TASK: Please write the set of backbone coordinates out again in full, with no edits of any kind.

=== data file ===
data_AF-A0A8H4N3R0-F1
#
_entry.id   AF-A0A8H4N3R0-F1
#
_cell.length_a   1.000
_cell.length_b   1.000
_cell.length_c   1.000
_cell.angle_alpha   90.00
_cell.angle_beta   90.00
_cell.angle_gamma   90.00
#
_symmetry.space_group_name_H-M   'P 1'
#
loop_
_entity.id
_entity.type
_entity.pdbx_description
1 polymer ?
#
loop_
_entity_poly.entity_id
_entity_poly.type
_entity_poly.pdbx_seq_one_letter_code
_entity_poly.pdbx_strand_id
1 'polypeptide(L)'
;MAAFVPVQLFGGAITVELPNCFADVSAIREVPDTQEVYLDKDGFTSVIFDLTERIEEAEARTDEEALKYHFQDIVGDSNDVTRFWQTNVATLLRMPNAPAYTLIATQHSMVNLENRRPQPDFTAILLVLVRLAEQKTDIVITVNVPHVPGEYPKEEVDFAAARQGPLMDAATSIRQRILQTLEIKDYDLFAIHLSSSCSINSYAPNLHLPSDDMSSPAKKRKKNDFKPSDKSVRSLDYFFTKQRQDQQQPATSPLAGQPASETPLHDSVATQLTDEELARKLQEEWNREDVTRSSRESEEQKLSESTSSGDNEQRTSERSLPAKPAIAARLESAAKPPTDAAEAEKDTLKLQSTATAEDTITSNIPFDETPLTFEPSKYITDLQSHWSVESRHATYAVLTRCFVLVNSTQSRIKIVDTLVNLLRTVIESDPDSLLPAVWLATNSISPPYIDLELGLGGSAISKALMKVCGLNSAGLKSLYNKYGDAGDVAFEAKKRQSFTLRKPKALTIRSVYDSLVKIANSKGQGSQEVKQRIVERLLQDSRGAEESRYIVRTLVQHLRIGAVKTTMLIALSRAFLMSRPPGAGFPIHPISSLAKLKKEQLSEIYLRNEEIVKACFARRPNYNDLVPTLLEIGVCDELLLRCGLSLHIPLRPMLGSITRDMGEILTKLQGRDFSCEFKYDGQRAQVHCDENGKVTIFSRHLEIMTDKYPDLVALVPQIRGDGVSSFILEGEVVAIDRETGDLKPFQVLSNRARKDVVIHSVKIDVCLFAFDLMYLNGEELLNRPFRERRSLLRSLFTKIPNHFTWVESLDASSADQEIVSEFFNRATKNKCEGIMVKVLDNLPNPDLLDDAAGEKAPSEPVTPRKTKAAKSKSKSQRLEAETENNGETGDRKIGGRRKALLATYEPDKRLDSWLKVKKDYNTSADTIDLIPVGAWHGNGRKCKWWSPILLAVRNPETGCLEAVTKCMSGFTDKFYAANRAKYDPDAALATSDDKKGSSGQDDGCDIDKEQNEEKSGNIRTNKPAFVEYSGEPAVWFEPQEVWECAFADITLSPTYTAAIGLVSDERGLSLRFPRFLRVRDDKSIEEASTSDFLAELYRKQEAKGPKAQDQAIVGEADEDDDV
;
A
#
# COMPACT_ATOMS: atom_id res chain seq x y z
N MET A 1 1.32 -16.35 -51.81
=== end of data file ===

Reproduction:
data_AF-A0A8H4N3R0-F1
#
_entry.id   AF-A0A8H4N3R0-F1
#
_cell.length_a   1.000
_cell.length_b   1.000
_cell.length_c   1.000
_cell.angle_alpha   90.00
_cell.angle_beta   90.00
_cell.angle_gamma   90.00
#
_symmetry.space_group_name_H-M   'P 1'
#
loop_
_entity.id
_entity.type
_entity.pdbx_description
1 polymer ?
#
loop_
_entity_poly.entity_id
_entity_poly.type
_entity_poly.pdbx_seq_one_letter_code
_entity_poly.pdbx_strand_id
1 'polypeptide(L)'
;MAAFVPVQLFGGAITVELPNCFADVSAIREVPDTQEVYLDKDGFTSVIFDLTERIEEAEARTDEEALKYHFQDIVGDSNDVTRFWQTNVATLLRMPNAPAYTLIATQHSMVNLENRRPQPDFTAILLVLVRLAEQKTDIVITVNVPHVPGEYPKEEVDFAAARQGPLMDAATSIRQRILQTLEIKDYDLFAIHLSSSCSINSYAPNLHLPSDDMSSPAKKRKKNDFKPSDKSVRSLDYFFTKQRQDQQQPATSPLAGQPASETPLHDSVATQLTDEELARKLQEEWNREDVTRSSRESEEQKLSESTSSGDNEQRTSERSLPAKPAIAARLESAAKPPTDAAEAEKDTLKLQSTATAEDTITSNIPFDETPLTFEPSKYITDLQSHWSVESRHATYAVLTRCFVLVNSTQSRIKIVDTLVNLLRTVIESDPDSLLPAVWLATNSISPPYIDLELGLGGSAISKALMKVCGLNSAGLKSLYNKYGDAGDVAFEAKKRQSFTLRKPKALTIRSVYDSLVKIANSKGQGSQEVKQRIVERLLQDSRGAEESRYIVRTLVQHLRIGAVKTTMLIALSRAFLMSRPPGAGFPIHPISSLAKLKKEQLSEIYLRNEEIVKACFARRPNYNDLVPTLLEIGVCDELLLRCGLSLHIPLRPMLGSITRDMGEILTKLQGRDFSCEFKYDGQRAQVHCDENGKVTIFSRHLEIMTDKYPDLVALVPQIRGDGVSSFILEGEVVAIDRETGDLKPFQVLSNRARKDVVIHSVKIDVCLFAFDLMYLNGEELLNRPFRERRSLLRSLFTKIPNHFTWVESLDASSADQEIVSEFFNRATKNKCEGIMVKVLDNLPNPDLLDDAAGEKAPSEPVTPRKTKAAKSKSKSQRLEAETENNGETGDRKIGGRRKALLATYEPDKRLDSWLKVKKDYNTSADTIDLIPVGAWHGNGRKCKWWSPILLAVRNPETGCLEAVTKCMSGFTDKFYAANRAKYDPDAALATSDDKKGSSGQDDGCDIDKEQNEEKSGNIRTNKPAFVEYSGEPAVWFEPQEVWECAFADITLSPTYTAAIGLVSDERGLSLRFPRFLRVRDDKSIEEASTSDFLAELYRKQEAKGPKAQDQAIVGEADEDDDV
;
A
#
# COMPACT_ATOMS: atom_id res chain seq x y z
N MET A 1 1.32 -16.35 -51.81